Shows & Panels
- The 2014 Big Picture on Cyber Security
- AFCEA Answers
- Ask the CIO
- Building the Hybrid Cloud
- Connected Government: How to Build and Procure Network Services for the Future
- Continuing Diagnostics and Mitigation: Discussion of Progress and Next Steps
- Federal Executive Forum
- Federal Tech Talk
- The Future of Government Data Centers
- The Future of IT: How CIOs Can Enable the Service-Oriented Enterprise
- The Intersection: Where Technology Meets Transformation
- Maximizing ROI Through Data Center Consolidation
- Moving to the Cloud. What's the best approach for me
- Navigating Tough Choices in Government Cloud Computing
- The New Generation of Database
- Satellite Communications: Acquiring SATCOM in Tight Times
- Targeting Advanced Threats: Proven Methods from Detection through Remediation
- Transformative Technology: Desktop Virtualization in Government
- The Truth About IT Opex and Software Defined Networking
- Value of Health IT
- Air Traffic Management Transformation Report
- Cloud First Report
- General Dynamics IT Enterprise Center
- Gov Cloud Minute
- Government in Technology Series
- Homeland Security Cybersecurity Market Report
- National Cybersecurity Awareness Month
- Technology Insights
- The Cyber Security Report
- The Next Generation Cyber Security Experts
Shows & Panels
Search Tags: National Contract Management Association
Service's latest strategy document sees a future in which it will need to be more flexible and adaptable, including in its acquisition and personnel policies and organizational structures.
Improving acquisition compliance and ethics may involve less rulemaking and more culture shaping according to panelists at the National Contract Management Association's World Congress conference. At the conference, agency leaders discussed the need to streamline and pursue innovative approaches to federal acquisition policies.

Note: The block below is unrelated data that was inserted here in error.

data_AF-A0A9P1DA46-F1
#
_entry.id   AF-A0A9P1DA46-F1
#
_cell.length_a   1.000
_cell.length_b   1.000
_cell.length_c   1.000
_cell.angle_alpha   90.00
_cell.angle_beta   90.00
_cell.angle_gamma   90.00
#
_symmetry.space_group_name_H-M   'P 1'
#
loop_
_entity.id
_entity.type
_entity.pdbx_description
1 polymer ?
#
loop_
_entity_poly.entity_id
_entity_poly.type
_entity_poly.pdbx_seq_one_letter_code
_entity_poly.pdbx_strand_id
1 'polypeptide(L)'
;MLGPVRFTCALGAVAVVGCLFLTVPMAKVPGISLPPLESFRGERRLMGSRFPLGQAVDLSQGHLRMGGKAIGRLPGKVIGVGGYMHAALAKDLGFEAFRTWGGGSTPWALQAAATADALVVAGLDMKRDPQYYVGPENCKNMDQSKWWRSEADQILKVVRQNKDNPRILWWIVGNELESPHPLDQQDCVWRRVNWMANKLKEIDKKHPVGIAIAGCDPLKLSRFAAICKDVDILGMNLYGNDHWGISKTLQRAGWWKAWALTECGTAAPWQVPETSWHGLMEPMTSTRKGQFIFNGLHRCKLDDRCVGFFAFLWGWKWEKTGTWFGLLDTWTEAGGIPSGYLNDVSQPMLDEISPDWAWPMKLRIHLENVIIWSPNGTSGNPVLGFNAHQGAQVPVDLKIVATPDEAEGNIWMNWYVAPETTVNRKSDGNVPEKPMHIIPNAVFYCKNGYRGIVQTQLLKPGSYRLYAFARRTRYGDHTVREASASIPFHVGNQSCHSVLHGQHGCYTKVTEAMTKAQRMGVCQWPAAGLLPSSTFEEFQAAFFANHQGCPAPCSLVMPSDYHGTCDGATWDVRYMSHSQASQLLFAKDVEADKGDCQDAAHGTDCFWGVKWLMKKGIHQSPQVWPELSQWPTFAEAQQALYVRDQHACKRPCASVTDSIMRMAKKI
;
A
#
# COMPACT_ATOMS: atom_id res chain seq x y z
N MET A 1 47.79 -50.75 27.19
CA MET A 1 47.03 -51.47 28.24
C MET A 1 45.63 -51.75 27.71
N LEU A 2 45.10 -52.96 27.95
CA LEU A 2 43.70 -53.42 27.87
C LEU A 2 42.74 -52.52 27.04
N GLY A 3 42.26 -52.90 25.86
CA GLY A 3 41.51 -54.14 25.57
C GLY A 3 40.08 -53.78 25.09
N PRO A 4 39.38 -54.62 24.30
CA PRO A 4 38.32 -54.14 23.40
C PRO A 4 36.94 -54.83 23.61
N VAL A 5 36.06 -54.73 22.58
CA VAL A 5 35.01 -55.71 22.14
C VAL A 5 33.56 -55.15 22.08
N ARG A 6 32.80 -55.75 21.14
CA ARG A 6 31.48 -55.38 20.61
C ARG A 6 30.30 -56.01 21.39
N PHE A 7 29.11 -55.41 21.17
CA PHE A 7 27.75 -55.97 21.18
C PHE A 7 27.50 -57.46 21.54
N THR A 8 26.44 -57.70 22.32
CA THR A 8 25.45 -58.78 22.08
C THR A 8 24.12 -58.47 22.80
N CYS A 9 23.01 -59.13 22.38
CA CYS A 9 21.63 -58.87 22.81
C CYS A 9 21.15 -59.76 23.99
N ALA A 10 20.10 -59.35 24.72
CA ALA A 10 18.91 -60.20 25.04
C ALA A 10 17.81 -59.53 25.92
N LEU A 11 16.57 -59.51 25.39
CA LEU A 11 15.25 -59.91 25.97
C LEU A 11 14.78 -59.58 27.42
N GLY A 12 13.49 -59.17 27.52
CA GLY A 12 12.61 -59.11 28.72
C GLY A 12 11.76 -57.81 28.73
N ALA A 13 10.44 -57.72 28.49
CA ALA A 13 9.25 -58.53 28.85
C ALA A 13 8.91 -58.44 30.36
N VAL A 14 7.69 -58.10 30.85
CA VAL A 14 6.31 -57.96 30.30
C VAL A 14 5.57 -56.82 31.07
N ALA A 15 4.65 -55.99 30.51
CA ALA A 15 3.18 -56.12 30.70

Tags: acquisition , management , FAR , compliance and ethics , procurement , Boeing Company , Navy , OFPP , Lesley Field , Alan Chvotkin , Professional Services Council , Stephen Epstein , James Meade , Angela Styles , Stephanie Wasko ,
Kay Ely, GSA's director of IT schedule programs in the Federal Acquisition Service, said removing 1,000 vendors who weren't meeting the minimum annual sales requirement of $25,000 a year is saving the agency about $3.2 million a year in administrative costs. At the same time, GSA is adding 30-to-40 new vendors each month to Schedule 70 as part of its effort to make sure agency customers have access to new, innovative companies.
Contractors are at the center of two out three major breaches of government trust over the past few years -- Aaron Alexis, Edward Snowden and Julian Assange. And the Office of Management and Budget is looking at ways it can improve the federal background investigation process over the next few months. Mike Fischetti, executive director of the National Contract Management Association, talks to In Depth with Francis Rose s part of our special report, Trust Redefined: Reconnecting Government and Its Employees He tells Francis how the relationship between contractors and government is changing.
Charlie Chadwick, vice president for contracts and business conduct at BAE Systems, said that government and industry share the same goal of serving the public's interest.
Alan Boykin, chief learning officer at the National Contract Management Association, told Federal News Radio that government and industry should keep the lines of communication open, especially as uncertainty abounds about how the failure to raise the debt ceiling would impact federal spending.
Big changes are in the works for the Pentagon Inspector General's Office after a report from one of the top Republicans in the Senate finds billions of dollars in possible fraud and overpayments. The Project on Government Oversight receives a response from the DoD IG detailing a new approach to how it does business.